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Media Literacy Review
Center for Advanced Technology in Education - College of Education - University of Oregon - Eugene

TV Poet: Charles Kuralt

Bill Walsh, Contributing Writer

Charles Kuralt has been "off the road" for a year and a half now, and I miss him. I know that it's perfectly common to say about anyone who retires that "there will never be another like him," but in the case of Charles Kuralt it's true -- no one will ever be able to fill his shoes or to do his job.

Kuralt's "job" for 28 years was to drive the back roads of America in a CBS camper and report to us what he found there. What he found there was sometimes inspiring, sometimes charming, but always interesting and uniquely American. His series of "On the Road with Charles Kuralt" reports were like little pieces of ourselves. That alone made them special. But Kuralt would show us the America he found with such charm, such simplicity, and such sincerity that each story became almost like a little jewel (perhaps encrusted with the dust of a dirt road), but precious and priceless nonetheless.

Kuralt was the Walt Whitman of American television, and he crafted a kind of video artistry that was about (and for) Everyman. In this he was (and he remains) unique.

He caught ordinary people in the act of being themselves. Only it wasn't an act. Not on their part and not on his. His affection for the people he showed to us shines through each of his pieces. Charles Kuralt had a deep and an abiding respect for this country and the people in it -- and what they were doing, too. Often he would join in and "lend a hand" stirring the stew in a kitchen of a woman who turned her house into a haven for the hungry or chopping wood to help a New England farmer get ready for the winter.

There is a skill in making people and their dreams come alive, and Kuralt worked his craft in that singular way which allowed folks to tell their own stories. The important person in a Kuralt piece was never Kuralt himself -- it was who he aimed his camera and microphone at. The hardest job in journalism is to make it all seem natural and easy, to have it sound and feel as if someone is just telling you a story and have the focus on the story rather than on the storyteller. With Kuralt, it was always "Look what I found!" It was never "Look what I made."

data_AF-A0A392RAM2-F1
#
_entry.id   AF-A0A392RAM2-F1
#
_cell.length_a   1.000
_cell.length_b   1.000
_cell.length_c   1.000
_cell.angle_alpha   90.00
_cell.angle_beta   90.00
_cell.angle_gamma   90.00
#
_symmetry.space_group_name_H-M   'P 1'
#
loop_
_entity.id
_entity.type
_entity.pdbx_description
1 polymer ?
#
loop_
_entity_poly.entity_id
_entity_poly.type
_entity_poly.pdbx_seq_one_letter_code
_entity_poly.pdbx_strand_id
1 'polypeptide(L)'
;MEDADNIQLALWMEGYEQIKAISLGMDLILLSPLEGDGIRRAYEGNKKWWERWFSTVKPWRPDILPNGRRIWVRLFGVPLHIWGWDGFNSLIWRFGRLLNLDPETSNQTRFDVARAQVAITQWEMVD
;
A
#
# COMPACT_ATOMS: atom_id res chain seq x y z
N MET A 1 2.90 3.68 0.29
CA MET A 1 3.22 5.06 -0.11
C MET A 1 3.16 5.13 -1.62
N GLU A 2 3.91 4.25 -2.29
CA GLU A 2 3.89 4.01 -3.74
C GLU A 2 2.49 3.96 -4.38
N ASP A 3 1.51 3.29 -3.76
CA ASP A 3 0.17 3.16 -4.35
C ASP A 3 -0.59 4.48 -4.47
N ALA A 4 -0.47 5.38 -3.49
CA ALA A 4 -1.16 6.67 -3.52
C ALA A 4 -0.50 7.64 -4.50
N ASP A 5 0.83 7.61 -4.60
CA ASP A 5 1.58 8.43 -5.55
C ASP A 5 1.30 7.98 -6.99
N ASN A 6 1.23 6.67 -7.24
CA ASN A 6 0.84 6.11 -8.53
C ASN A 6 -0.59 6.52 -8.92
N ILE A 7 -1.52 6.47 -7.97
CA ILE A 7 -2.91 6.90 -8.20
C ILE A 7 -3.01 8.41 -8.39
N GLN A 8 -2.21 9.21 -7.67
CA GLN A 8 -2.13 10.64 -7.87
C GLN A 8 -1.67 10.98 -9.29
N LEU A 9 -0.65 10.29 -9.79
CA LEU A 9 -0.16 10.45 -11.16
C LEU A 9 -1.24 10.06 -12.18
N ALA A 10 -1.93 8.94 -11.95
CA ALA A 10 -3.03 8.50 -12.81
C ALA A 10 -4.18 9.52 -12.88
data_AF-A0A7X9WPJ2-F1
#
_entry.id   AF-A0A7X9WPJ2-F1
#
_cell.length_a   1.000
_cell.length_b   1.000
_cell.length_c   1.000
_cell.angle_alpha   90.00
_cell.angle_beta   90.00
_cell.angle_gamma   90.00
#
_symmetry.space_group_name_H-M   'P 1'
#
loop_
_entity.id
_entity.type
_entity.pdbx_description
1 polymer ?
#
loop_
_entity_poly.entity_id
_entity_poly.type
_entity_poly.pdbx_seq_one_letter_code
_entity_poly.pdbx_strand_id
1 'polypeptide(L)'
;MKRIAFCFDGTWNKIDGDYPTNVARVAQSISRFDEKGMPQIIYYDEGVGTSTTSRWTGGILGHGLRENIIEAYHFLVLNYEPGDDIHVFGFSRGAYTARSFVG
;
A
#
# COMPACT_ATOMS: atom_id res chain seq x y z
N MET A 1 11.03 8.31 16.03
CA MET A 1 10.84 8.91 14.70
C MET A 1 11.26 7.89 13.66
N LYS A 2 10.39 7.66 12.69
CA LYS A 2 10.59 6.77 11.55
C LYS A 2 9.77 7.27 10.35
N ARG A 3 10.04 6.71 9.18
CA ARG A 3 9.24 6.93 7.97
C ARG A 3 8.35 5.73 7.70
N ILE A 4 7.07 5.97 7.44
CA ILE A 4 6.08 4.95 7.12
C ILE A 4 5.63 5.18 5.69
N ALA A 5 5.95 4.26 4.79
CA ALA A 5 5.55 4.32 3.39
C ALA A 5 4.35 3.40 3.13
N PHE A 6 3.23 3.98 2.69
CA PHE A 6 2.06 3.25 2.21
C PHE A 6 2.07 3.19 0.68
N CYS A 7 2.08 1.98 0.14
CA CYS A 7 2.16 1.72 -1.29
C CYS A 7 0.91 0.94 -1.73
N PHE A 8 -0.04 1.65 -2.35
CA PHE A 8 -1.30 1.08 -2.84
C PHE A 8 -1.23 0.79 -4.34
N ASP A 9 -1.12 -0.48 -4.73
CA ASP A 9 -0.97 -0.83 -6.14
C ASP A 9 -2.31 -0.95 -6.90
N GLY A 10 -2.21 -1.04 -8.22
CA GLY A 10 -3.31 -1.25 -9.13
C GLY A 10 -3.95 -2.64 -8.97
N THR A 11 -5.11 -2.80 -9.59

And what stories he found!

Jethro Mann of Belmont, North Carolina, who spends his money and time trying to make sure that every kid in town has a bicycle to ride.

And George Long, who hand-carves horses for the merry-go-round with love and patience and artistry.

And the Franciscan Sisters of Perpetual Adoration in Wisconsin who have been praying (in shifts) without interruption for the past hundred years.

And Her Honor Maggie Conn, a 76-year-old woman who is the Mayor, Street Engineer, Health Inspector, Marriage Counselor, Fire Commissioner, and Dogcatcher of Herrick, Illinois.

My favorite is Bill Bodisch, an Iowa farmer who took six years to build a fifty-eight foot steel yacht in his pasture. He then sold the farm, had the boat trucked to the Mississippi, and then set sail for a trip around the world. It had been a dream of his, and he did it.

We live in a world which is increasingly moving faster and faster, a world which seems to be growing more impersonal every day. Television journalism breathlessly reports on scandals, robberies, murder, war and the international scene. The stories we see are very important and very big and very fast.

Kuralt says that he tried to keep "relevance" and "significance" out of his stories. "I tried to go slow," he says, "to stick to the back roads, take time to meet people, listen to yarns, notice the countryside go by and feel the seasons change."

And he shared all of this with us.

We are richer for the experience.

And poorer now that he no longer holds his mirror up to our faces and lets us see (and feel) ourselves, our country, and our lives.

Bill Walsh is the A/V Media Specialist at Billerica High School, Billerica, MA.